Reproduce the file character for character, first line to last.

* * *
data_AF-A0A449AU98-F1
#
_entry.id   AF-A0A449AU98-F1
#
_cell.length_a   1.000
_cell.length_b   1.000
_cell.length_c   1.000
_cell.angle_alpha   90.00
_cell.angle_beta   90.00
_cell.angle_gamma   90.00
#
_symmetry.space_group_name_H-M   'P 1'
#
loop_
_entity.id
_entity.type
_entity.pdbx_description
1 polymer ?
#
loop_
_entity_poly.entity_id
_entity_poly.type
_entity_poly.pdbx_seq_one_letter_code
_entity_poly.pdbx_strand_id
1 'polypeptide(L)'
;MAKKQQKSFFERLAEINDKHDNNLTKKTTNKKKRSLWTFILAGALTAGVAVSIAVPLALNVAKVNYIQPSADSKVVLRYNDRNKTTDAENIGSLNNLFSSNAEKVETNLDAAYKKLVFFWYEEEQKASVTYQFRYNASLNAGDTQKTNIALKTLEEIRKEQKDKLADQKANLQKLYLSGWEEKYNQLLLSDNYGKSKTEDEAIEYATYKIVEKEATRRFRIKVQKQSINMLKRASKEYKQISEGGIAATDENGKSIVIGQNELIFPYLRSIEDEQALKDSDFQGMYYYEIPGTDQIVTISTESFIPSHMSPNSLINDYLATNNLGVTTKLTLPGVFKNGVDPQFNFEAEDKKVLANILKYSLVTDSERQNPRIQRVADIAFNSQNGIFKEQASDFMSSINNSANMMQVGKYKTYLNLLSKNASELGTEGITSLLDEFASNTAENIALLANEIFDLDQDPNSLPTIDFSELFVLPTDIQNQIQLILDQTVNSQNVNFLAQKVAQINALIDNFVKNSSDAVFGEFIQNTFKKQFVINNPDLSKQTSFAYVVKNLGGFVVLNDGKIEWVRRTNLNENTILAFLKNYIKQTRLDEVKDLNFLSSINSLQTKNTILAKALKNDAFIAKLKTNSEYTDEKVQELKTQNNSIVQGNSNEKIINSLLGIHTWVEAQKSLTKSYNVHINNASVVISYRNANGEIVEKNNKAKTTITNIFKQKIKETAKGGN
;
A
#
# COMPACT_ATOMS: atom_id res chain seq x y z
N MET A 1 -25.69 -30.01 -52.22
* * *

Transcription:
data_AF-A0A449AU98-F1
#
_entry.id   AF-A0A449AU98-F1
#
_cell.length_a   1.000
_cell.length_b   1.000
_cell.length_c   1.000
_cell.angle_alpha   90.00
_cell.angle_beta   90.00
_cell.angle_gamma   90.00
#
_symmetry.space_group_name_H-M   'P 1'
#
loop_
_entity.id
_entity.type
_entity.pdbx_description
1 polymer ?
#
loop_
_entity_poly.entity_id
_entity_poly.type
_entity_poly.pdbx_seq_one_letter_code
_entity_poly.pdbx_strand_id
1 'polypeptide(L)'
;MAKKQQKSFFERLAEINDKHDNNLTKKTTNKKKRSLWTFILAGALTAGVAVSIAVPLALNVAKVNYIQPSADSKVVLRYNDRNKTTDAENIGSLNNLFSSNAEKVETNLDAAYKKLVFFWYEEEQKASVTYQFRYNASLNAGDTQKTNIALKTLEEIRKEQKDKLADQKANLQKLYLSGWEEKYNQLLLSDNYGKSKTEDEAIEYATYKIVEKEATRRFRIKVQKQSINMLKRASKEYKQISEGGIAATDENGKSIVIGQNELIFPYLRSIEDEQALKDSDFQGMYYYEIPGTDQIVTISTESFIPSHMSPNSLINDYLATNNLGVTTKLTLPGVFKNGVDPQFNFEAEDKKVLANILKYSLVTDSERQNPRIQRVADIAFNSQNGIFKEQASDFMSSINNSANMMQVGKYKTYLNLLSKNASELGTEGITSLLDEFASNTAENIALLANEIFDLDQDPNSLPTIDFSELFVLPTDIQNQIQLILDQTVNSQNVNFLAQKVAQINALIDNFVKNSSDAVFGEFIQNTFKKQFVINNPDLSKQTSFAYVVKNLGGFVVLNDGKIEWVRRTNLNENTILAFLKNYIKQTRLDEVKDLNFLSSINSLQTKNTILAKALKNDAFIAKLKTNSEYTDEKVQELKTQNNSIVQGNSNEKIINSLLGIHTWVEAQKSLTKSYNVHINNASVVISYRNANGEIVEKNNKAKTTITNIFKQKIKETAKGGN
;
A
#
# COMPACT_ATOMS: atom_id res chain seq x y z
N MET A 1 -25.69 -30.01 -52.22